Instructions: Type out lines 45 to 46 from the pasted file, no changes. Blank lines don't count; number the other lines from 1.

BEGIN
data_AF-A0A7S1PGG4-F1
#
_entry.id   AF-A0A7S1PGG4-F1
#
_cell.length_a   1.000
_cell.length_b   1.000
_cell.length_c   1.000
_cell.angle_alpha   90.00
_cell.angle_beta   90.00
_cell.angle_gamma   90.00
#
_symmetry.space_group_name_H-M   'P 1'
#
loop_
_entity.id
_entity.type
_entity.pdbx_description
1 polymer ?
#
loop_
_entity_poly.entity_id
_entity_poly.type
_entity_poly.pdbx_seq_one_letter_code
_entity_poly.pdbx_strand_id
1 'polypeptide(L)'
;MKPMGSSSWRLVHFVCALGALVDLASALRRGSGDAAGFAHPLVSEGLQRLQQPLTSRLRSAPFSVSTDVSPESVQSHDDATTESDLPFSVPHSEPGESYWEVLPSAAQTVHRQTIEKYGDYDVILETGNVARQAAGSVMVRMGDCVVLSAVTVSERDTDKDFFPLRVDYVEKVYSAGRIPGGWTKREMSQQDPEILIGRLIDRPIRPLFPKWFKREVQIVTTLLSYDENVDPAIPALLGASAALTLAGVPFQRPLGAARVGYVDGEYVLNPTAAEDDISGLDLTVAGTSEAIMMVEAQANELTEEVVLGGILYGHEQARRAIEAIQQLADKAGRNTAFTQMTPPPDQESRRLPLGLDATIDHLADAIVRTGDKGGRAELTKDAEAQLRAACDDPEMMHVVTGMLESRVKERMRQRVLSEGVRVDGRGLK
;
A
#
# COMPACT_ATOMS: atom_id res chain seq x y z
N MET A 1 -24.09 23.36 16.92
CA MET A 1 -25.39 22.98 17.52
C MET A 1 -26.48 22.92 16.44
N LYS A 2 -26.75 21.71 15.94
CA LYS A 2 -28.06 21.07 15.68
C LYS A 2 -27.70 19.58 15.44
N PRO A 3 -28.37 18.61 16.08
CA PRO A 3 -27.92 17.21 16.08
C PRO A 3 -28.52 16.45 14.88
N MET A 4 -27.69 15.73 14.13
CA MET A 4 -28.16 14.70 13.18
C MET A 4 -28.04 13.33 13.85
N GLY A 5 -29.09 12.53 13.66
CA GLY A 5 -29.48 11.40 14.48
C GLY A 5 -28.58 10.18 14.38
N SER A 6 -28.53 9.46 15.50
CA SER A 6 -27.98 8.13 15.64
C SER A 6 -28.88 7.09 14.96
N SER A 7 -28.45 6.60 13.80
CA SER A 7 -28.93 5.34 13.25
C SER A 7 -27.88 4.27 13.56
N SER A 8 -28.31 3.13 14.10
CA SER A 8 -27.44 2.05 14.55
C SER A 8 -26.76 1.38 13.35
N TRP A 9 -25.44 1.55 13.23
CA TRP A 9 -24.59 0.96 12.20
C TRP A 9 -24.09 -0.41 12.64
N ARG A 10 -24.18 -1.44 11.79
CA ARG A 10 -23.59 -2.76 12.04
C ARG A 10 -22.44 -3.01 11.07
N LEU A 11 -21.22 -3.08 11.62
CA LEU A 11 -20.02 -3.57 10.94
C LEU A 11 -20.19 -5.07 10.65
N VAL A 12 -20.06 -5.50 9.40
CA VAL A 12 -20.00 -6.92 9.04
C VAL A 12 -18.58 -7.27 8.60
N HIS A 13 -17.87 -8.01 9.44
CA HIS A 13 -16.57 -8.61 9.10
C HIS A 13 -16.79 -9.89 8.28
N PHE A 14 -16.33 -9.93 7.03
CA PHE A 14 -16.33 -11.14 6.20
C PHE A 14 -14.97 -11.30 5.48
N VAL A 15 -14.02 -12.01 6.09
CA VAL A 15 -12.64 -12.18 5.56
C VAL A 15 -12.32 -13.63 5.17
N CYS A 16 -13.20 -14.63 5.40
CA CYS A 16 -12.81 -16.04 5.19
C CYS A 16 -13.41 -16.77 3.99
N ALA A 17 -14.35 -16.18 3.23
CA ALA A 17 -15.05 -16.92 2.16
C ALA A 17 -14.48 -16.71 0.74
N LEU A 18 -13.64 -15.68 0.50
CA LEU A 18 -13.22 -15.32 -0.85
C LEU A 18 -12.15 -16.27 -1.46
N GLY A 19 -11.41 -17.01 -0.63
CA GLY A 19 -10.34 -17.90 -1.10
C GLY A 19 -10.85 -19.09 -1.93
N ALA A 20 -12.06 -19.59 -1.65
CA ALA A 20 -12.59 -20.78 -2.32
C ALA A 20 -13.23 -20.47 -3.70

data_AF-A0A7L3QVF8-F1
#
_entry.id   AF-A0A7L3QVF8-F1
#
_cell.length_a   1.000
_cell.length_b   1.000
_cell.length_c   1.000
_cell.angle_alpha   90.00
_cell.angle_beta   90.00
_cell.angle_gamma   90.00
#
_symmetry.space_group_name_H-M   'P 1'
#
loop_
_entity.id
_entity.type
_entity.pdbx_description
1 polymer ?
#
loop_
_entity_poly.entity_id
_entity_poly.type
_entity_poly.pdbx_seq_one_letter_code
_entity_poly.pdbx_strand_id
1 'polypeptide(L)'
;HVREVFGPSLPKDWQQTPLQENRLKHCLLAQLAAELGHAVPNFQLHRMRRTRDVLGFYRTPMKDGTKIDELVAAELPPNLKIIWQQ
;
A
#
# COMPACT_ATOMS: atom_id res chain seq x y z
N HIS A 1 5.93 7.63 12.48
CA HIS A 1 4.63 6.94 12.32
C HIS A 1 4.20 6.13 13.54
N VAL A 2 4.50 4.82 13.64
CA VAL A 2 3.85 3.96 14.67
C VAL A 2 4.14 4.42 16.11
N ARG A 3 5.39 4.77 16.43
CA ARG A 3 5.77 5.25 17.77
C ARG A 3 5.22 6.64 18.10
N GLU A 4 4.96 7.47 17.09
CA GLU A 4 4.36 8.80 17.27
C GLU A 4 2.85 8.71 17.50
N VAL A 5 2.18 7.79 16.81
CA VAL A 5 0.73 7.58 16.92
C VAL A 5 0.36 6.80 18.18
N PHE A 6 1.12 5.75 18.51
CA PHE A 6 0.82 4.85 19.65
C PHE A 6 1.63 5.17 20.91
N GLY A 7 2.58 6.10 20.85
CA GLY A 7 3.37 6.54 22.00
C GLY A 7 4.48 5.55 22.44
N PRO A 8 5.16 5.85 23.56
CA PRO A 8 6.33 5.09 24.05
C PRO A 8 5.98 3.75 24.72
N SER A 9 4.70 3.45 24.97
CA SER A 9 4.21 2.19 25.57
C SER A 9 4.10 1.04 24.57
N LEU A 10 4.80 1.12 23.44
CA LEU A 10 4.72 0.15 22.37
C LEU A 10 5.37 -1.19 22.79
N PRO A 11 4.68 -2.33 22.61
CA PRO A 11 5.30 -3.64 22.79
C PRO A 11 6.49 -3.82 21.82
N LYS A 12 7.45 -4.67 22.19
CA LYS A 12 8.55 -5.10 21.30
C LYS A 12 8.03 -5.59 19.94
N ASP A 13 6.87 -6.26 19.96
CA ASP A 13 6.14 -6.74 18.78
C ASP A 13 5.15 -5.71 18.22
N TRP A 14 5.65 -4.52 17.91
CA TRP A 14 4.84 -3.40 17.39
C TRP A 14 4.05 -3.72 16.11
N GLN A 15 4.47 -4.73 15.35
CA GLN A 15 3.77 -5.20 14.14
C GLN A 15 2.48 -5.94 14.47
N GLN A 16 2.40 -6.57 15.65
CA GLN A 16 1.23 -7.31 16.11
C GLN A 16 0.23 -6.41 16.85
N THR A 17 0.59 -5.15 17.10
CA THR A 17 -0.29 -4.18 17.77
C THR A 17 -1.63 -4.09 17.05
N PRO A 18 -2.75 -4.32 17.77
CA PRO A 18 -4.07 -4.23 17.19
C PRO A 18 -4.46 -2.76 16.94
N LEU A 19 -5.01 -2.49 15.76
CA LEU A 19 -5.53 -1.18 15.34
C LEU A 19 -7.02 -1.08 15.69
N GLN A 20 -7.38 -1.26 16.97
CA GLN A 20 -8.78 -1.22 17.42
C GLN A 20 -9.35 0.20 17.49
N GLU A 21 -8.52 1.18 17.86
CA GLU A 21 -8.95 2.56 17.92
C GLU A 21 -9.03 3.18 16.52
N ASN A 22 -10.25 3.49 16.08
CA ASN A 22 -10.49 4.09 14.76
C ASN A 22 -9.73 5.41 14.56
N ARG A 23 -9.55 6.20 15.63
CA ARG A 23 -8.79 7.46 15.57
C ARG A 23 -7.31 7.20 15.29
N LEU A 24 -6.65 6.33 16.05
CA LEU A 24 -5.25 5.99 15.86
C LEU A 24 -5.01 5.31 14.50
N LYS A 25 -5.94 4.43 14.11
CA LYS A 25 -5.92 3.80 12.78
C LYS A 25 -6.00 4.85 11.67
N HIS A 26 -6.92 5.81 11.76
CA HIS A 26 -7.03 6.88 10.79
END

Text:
C GLY A 5 -28.58 10.18 14.38
N SER A 6 -28.53 9.46 15.50